Hands-on Film: Media Archaeology as Gestural Practice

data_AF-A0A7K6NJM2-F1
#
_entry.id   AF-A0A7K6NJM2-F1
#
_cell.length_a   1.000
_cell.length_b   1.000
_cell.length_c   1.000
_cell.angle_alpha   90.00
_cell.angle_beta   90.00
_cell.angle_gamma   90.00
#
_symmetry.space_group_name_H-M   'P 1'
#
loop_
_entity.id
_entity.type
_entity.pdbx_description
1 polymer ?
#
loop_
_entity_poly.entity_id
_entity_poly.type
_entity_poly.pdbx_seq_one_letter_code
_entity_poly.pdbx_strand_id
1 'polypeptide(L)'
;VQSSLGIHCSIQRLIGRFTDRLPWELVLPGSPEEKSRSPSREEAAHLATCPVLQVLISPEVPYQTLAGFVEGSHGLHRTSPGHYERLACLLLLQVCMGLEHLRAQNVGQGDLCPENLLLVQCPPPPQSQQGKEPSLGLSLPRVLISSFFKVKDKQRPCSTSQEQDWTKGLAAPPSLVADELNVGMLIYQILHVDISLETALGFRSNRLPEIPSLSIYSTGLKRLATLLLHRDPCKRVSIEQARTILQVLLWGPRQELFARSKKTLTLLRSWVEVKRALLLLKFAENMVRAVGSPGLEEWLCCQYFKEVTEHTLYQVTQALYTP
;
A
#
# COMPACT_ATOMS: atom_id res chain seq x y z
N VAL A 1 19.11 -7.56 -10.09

This article explores the necessity of gestures for film analysis and argues for a conception of media archaeology as gestural practice. Celluloid film copies are not only projected and watched but also touched repeatedly: they are put together and taken apart again, collected, restored and stored — or, on the contrary, forgotten, sorted out and destroyed. Each individual film is an equally fragile material thing with a micro-history of its own. The broad spectrum of gestures practiced in handling films will be examined on the basis of three examples dating from the 1990s where video technology became an important tool: first, Interface (Schnittstelle, Harun Farocki 1995) and Playback (Hartmut Bitomsky 1995), which demonstrate a self-reflective practice of film analysis whereby pointing to details of the arrested images or touching a film strip with the fingertips are crucial gestures. Second, I analyse the careful handling of archival material in Transparencies (Trasparenze, Yervant Gianikian and Angela Ricci Lucchi 1998), in which the authors re-filmed severely damaged footage recorded during World War I, and examined it frame by frame in a gestural way. What is at stake here is a rethinking of how to archive films and the need for what I call an ‘ecology of archiving’.
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